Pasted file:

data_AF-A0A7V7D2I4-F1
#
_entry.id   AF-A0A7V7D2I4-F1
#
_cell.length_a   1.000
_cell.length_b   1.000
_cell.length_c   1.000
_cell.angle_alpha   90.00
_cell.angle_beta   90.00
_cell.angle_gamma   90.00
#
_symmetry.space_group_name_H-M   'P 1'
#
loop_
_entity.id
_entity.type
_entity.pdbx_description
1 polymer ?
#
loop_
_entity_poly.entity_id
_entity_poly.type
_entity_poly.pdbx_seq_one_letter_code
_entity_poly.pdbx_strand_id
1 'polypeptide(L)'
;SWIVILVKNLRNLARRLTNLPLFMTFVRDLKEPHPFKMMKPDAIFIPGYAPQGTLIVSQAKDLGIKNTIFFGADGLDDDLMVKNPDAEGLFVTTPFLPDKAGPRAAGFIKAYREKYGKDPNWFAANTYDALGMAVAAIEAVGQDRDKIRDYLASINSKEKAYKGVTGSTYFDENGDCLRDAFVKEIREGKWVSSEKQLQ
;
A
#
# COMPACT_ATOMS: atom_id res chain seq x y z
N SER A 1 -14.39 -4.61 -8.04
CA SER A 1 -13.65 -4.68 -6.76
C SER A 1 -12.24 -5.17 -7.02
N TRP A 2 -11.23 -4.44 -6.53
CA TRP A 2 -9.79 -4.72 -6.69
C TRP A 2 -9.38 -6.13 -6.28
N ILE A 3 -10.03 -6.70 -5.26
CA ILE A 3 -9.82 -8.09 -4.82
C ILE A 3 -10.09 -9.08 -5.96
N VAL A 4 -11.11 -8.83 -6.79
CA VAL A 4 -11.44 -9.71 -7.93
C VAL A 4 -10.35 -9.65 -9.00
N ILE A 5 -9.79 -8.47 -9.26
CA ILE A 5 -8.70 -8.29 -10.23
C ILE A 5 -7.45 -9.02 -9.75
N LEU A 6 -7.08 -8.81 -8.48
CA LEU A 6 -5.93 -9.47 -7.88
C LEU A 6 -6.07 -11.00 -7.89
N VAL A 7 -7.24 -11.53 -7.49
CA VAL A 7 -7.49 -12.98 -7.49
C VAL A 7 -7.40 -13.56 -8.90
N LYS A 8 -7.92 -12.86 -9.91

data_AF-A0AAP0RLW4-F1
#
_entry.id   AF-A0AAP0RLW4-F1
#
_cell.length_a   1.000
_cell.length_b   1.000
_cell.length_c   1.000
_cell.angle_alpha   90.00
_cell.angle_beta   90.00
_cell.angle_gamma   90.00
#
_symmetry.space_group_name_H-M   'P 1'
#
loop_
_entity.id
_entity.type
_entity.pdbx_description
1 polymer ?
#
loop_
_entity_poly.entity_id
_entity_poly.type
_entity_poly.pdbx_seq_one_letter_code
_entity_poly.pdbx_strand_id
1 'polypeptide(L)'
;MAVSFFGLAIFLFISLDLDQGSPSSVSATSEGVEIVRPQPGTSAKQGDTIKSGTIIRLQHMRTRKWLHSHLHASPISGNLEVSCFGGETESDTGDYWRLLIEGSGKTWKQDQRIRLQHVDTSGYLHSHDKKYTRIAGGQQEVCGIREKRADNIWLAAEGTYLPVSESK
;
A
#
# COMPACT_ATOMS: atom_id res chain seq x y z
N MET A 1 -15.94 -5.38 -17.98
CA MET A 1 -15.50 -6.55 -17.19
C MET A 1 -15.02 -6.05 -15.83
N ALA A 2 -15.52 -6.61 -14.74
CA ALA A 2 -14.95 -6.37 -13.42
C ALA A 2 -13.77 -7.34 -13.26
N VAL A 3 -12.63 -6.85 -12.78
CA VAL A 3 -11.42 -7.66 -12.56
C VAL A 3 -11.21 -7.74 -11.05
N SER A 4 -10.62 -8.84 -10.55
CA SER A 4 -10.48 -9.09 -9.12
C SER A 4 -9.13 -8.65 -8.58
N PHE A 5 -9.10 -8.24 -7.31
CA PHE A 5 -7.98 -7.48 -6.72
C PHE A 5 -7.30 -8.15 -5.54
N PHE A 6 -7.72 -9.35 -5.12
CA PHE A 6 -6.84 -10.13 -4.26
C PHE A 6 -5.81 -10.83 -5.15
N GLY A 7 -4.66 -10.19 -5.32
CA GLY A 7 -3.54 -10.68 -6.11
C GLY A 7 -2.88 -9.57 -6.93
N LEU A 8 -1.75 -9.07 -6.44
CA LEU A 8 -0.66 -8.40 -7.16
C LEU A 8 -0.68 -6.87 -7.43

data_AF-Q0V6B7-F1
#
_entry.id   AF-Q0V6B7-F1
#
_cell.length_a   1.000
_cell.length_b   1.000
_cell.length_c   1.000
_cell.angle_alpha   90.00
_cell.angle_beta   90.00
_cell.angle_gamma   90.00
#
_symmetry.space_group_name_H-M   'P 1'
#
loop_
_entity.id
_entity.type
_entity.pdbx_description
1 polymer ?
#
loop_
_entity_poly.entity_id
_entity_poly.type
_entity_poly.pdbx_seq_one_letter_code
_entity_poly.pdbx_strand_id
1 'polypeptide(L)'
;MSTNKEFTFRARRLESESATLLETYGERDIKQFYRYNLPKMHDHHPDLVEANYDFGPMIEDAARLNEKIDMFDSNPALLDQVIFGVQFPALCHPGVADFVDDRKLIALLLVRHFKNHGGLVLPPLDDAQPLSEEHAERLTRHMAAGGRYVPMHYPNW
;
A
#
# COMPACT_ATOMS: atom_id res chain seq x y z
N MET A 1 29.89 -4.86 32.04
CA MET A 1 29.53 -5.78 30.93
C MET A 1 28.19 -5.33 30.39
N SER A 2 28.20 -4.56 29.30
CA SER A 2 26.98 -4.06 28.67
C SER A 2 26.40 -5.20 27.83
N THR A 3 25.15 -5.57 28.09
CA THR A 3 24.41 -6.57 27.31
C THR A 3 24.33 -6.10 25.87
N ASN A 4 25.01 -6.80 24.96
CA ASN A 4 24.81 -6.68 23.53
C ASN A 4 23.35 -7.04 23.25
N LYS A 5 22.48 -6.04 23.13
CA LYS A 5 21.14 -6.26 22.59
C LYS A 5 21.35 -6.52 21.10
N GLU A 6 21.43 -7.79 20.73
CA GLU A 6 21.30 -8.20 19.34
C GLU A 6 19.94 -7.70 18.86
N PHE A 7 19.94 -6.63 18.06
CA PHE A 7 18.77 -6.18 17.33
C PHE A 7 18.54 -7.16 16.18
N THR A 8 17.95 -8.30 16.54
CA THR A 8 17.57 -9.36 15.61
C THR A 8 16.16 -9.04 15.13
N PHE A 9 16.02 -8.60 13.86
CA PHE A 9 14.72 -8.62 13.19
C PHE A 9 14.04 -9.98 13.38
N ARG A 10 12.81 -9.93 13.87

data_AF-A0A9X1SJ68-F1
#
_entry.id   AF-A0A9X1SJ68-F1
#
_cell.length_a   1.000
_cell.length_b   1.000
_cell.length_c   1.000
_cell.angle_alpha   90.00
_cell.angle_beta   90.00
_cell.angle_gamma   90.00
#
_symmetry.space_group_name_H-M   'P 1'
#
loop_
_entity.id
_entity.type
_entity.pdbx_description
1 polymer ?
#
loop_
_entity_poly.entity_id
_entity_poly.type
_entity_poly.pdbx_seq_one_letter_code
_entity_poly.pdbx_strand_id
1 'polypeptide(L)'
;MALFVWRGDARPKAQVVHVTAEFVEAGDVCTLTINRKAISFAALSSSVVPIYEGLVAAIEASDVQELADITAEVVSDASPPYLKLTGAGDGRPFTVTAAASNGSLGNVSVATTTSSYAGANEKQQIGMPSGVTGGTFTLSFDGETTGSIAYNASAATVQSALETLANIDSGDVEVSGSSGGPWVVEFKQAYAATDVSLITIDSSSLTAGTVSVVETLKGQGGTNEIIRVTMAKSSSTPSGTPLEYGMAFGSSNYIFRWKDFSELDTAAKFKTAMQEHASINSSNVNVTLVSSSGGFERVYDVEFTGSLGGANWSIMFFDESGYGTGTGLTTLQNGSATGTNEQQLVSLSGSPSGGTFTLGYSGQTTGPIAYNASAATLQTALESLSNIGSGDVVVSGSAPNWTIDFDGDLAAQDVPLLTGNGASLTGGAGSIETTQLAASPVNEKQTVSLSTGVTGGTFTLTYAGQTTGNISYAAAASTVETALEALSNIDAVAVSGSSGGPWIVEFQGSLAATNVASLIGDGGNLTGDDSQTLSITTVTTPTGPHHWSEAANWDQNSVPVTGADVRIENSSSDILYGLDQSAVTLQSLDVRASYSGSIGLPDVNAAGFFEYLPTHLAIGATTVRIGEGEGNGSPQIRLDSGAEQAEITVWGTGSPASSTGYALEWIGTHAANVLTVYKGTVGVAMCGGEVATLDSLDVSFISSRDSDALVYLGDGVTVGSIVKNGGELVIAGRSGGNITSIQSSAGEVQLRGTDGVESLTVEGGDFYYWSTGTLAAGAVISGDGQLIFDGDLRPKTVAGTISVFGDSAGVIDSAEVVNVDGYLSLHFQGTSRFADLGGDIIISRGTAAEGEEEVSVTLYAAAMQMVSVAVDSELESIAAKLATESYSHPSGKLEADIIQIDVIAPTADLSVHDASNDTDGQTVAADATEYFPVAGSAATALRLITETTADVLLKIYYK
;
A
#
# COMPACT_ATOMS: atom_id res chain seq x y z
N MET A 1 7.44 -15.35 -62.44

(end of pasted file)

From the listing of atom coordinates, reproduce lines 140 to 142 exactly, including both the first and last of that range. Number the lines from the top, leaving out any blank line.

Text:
N SER A 2 28.20 -4.56 29.30
CA SER A 2 26.98 -4.06 28.67
C SER A 2 26.40 -5.20 27.83